Meetings drawing to a close as schools consultation nears end

An artist's impression by AHR Architects submitted with the planning application for the new Duchess's Community High School, Alnwick.

An artist's impression by AHR Architects submitted with the planning application for the new Duchess's Community High School, Alnwick.

0
Have your say

Less than two weeks remain for consultation on what could lead to a major change to the schools system in north Northumberland.

At the end of last year, Northumberland County Council published proposals for the restructuring of schools in the area, following requests from the Alnwick Partnership, which is made up of 10 community schools with an added eight church-funded schools as voluntary members.

Meetings with governors, staff, and parents and the public have been held at each of the 18 schools, ending on Tuesday night at the Duchess’s Community High School in Alnwick.

The county council’s report sets out three models for the future – although others can be put forward – with one being no change to the current arrangement.

Another would see the amalgamation of the Duke’s and Lindisfarne Middle Schools on the Lindisfarne site from September, following the closure of Lindisfarne Middle School in August.

The most radical would see a shift to a two-tier system of primary and secondary schools, meaning the closure of the middle schools.

However, if this two-tier option was brought in, the new high school at Greensfield would still only house students from Year 9 upwards with Year 7 and 8 pupils still based at the Lindisfarne site.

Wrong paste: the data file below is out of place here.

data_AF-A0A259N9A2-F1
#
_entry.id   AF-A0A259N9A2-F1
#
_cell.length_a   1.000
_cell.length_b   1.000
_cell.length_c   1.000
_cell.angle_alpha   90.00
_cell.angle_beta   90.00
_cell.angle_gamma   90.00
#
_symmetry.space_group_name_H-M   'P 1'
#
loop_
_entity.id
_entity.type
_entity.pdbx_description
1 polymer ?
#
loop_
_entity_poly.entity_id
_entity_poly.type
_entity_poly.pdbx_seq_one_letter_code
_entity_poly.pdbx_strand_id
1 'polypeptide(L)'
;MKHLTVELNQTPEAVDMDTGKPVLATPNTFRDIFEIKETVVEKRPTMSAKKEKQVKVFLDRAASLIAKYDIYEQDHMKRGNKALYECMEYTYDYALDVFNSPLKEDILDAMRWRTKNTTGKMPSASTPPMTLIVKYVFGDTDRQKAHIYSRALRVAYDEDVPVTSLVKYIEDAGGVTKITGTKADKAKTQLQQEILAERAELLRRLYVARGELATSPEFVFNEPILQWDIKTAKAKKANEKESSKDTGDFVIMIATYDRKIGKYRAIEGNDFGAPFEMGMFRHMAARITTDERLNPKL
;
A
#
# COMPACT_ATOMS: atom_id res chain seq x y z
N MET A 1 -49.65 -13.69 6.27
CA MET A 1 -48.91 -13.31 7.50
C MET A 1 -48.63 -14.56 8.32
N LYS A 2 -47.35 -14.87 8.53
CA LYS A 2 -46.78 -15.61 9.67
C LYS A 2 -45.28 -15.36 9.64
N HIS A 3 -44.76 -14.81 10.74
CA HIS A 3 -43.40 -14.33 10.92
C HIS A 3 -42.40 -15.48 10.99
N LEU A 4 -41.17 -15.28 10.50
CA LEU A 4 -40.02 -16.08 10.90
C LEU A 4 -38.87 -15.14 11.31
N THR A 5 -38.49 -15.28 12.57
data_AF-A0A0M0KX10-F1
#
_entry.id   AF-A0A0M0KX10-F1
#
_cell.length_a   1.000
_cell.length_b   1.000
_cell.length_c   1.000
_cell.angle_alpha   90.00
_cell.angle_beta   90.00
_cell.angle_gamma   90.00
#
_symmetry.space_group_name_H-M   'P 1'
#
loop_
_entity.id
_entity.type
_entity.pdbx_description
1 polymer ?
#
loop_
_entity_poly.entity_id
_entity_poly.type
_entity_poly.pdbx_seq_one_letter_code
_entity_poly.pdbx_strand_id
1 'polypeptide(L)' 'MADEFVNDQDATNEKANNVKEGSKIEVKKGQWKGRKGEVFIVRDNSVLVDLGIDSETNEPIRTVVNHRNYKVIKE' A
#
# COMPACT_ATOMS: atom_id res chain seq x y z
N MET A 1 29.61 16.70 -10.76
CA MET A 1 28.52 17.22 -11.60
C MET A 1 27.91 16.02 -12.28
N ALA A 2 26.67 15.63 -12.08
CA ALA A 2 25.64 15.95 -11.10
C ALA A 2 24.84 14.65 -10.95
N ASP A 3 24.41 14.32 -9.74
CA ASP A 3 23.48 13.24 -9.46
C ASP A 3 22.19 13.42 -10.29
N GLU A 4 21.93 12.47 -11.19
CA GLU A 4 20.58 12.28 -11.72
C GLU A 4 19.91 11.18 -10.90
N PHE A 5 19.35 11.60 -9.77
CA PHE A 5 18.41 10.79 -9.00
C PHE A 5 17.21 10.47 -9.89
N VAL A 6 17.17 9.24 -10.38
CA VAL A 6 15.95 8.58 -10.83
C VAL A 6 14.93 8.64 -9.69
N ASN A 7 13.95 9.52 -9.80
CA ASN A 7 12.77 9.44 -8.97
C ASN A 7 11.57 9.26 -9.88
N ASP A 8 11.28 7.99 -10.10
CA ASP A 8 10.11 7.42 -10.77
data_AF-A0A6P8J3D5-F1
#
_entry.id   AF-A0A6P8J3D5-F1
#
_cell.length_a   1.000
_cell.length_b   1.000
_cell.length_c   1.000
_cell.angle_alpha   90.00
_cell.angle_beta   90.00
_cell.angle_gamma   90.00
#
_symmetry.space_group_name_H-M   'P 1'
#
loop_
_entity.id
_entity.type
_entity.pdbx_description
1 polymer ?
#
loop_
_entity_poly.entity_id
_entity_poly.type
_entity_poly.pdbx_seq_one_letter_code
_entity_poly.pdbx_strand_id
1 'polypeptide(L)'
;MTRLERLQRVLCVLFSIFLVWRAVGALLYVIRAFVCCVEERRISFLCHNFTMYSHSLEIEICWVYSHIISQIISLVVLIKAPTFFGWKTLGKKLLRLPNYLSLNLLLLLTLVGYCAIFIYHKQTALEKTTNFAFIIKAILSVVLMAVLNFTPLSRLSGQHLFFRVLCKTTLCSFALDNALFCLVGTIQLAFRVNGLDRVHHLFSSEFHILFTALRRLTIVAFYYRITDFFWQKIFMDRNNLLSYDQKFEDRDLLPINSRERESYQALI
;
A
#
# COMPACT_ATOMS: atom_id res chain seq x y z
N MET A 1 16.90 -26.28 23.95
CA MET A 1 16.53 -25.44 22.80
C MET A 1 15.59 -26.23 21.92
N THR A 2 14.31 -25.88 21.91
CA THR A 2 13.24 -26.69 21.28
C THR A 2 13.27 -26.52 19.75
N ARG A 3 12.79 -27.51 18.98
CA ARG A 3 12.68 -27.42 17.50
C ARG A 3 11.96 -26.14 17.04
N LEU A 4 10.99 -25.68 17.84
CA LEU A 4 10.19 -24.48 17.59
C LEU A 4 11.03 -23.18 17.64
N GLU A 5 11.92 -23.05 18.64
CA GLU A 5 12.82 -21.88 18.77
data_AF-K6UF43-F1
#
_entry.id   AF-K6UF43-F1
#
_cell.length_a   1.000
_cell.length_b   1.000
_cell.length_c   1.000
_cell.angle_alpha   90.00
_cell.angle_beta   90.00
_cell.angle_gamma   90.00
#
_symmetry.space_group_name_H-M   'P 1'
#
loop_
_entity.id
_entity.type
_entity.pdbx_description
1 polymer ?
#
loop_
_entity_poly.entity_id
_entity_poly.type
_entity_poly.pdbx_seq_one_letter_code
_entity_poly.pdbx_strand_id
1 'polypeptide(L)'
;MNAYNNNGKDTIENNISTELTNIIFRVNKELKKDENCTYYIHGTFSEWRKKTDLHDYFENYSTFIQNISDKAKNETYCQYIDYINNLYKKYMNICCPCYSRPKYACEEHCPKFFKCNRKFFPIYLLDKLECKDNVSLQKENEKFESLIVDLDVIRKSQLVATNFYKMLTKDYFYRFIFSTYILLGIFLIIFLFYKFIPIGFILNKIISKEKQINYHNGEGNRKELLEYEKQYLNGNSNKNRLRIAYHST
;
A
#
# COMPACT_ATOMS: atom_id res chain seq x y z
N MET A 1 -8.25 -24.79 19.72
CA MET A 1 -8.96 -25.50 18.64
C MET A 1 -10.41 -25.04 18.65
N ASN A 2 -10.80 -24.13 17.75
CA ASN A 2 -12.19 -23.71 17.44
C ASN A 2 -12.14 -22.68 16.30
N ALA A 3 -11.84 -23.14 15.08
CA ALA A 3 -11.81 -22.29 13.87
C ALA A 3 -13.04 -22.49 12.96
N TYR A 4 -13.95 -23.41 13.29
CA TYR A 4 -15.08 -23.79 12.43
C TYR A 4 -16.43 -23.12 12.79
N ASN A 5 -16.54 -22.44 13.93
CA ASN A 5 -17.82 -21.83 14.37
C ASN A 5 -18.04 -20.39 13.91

One of the issues raised so far is that the new high school was designed to abolish the current, unsatisfactory split-site situation, but the third option would render this and a switch to two-tier pointless.

Duchess’s Community High School headteacher Maurice Hall has said that the Government’s desire to be seen to be saving money meant the maximum capacity of the new school will be 1,115 pupils. Any money to expand the new school would therefore not come from national government, he said.

When the county council’s policy board approved the consultation in December last year, an amendment was made to include the schools in Belford and Wooler, despite them officially being members of the Berwick Partnership.

This followed concerns raised by the respective ward councillors, John Woodman and Anthony Murray, who pointed out that a large proportion of children from the middle schools in both communities go to Alnwick for high school, not Berwick, and that therefore any changes ‘would have a substantial knock-on impact’.

A public meeting takes place at Glendale Middle School, Wooler, tonight at 7pm to discuss the reorganisation of the Alnwick Partnership.